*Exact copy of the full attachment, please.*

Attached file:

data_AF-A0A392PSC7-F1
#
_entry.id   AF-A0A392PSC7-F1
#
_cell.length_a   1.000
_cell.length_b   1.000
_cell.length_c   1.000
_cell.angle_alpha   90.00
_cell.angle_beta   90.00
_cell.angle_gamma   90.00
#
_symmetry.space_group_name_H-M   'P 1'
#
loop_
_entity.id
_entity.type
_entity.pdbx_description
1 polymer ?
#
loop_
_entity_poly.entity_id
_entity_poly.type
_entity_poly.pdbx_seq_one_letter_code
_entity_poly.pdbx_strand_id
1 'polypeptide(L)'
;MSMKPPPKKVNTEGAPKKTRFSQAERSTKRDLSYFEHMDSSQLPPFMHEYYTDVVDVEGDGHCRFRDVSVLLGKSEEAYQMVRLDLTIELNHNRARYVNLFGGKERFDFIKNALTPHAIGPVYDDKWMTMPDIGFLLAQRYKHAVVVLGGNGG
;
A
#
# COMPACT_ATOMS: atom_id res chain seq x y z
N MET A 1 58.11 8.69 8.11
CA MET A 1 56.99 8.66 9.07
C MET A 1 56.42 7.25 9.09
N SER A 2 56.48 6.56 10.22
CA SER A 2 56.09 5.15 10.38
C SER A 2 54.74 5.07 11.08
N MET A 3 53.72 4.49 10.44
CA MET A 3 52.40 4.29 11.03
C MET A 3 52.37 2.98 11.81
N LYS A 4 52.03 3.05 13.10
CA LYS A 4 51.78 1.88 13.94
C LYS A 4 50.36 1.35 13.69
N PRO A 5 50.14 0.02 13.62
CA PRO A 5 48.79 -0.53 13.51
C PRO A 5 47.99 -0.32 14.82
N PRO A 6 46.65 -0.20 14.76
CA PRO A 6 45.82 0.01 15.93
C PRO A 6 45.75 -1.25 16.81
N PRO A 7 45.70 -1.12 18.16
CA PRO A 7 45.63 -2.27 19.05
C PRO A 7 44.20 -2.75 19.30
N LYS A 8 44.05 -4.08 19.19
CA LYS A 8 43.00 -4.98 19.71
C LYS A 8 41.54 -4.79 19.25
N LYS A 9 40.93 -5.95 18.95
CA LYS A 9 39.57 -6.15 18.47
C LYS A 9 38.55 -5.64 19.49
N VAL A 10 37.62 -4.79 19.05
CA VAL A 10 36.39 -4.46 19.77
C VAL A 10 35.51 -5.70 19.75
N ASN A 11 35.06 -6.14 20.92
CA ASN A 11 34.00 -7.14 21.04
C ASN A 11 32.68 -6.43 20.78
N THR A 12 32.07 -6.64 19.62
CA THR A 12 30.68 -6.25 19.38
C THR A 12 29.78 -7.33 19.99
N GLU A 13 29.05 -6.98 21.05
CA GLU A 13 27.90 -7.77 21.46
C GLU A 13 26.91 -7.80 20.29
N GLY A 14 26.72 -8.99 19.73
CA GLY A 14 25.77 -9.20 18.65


data_AF-A0A392PSC7-F1
#
_entry.id   AF-A0A392PSC7-F1
#
_cell.length_a   1.000
_cell.length_b   1.000
_cell.length_c   1.000
_cell.angle_alpha   90.00
_cell.angle_beta   90.00
_cell.angle_gamma   90.00
#
_symmetry.space_group_name_H-M   'P 1'
#
loop_
_entity.id
_entity.type
_entity.pdbx_description
1 polymer ?
#
loop_
_entity_poly.entity_id
_entity_poly.type
_entity_poly.pdbx_seq_one_letter_code
_entity_poly.pdbx_strand_id
1 'polypeptide(L)'
;MSMKPPPKKVNTEGAPKKTRFSQAERSTKRDLSYFEHMDSSQLPPFMHEYYTDVVDVEGDGHCRFRDVSVLLGKSEEAYQMVRLDLTIELNHNRARYVNLFGGKERFDFIKNALTPHAIGPVYDDKWMTMPDIGFLLAQRYKHAVVVLGGNGG
;
A
#
# COMPACT_ATOMS: atom_id res chain seq x y z
N MET A 1 58.11 8.69 8.11
CA MET A 1 56.99 8.66 9.07
C MET A 1 56.42 7.25 9.09
N SER A 2 56.48 6.56 10.22
CA SER A 2 56.09 5.15 10.38
C SER A 2 54.74 5.07 11.08
N MET A 3 53.72 4.49 10.44
CA MET A 3 52.40 4.29 11.03
C MET A 3 52.37 2.98 11.81
N LYS A 4 52.03 3.05 13.10
CA LYS A 4 51.78 1.88 13.94
C LYS A 4 50.36 1.35 13.69
N PRO A 5 50.14 0.02 13.62
CA PRO A 5 48.79 -0.53 13.51
C PRO A 5 47.99 -0.32 14.82
N PRO A 6 46.65 -0.20 14.76
CA PRO A 6 45.82 0.01 15.93
C PRO A 6 45.75 -1.25 16.81
N PRO A 7 45.70 -1.12 18.16
CA PRO A 7 45.63 -2.27 19.05
C PRO A 7 44.20 -2.75 19.30
N LYS A 8 44.05 -4.08 19.19
CA LYS A 8 43.00 -4.98 19.71
C LYS A 8 41.54 -4.79 19.25
N LYS A 9 40.93 -5.95 18.95
CA LYS A 9 39.57 -6.15 18.47
C LYS A 9 38.55 -5.64 19.49
N VAL A 10 37.62 -4.79 19.05
CA VAL A 10 36.39 -4.46 19.77
C VAL A 10 35.51 -5.70 19.75
N ASN A 11 35.06 -6.14 20.92
CA ASN A 11 34.00 -7.14 21.04
C ASN A 11 32.68 -6.43 20.78
N THR A 12 32.07 -6.64 19.62
CA THR A 12 30.68 -6.25 19.38
C THR A 12 29.78 -7.33 19.99
N GLU A 13 29.05 -6.98 21.05
CA GLU A 13 27.90 -7.77 21.46
C GLU A 13 26.91 -7.80 20.29
N GLY A 14 26.72 -8.99 19.73
CA GLY A 14 25.77 -9.20 18.65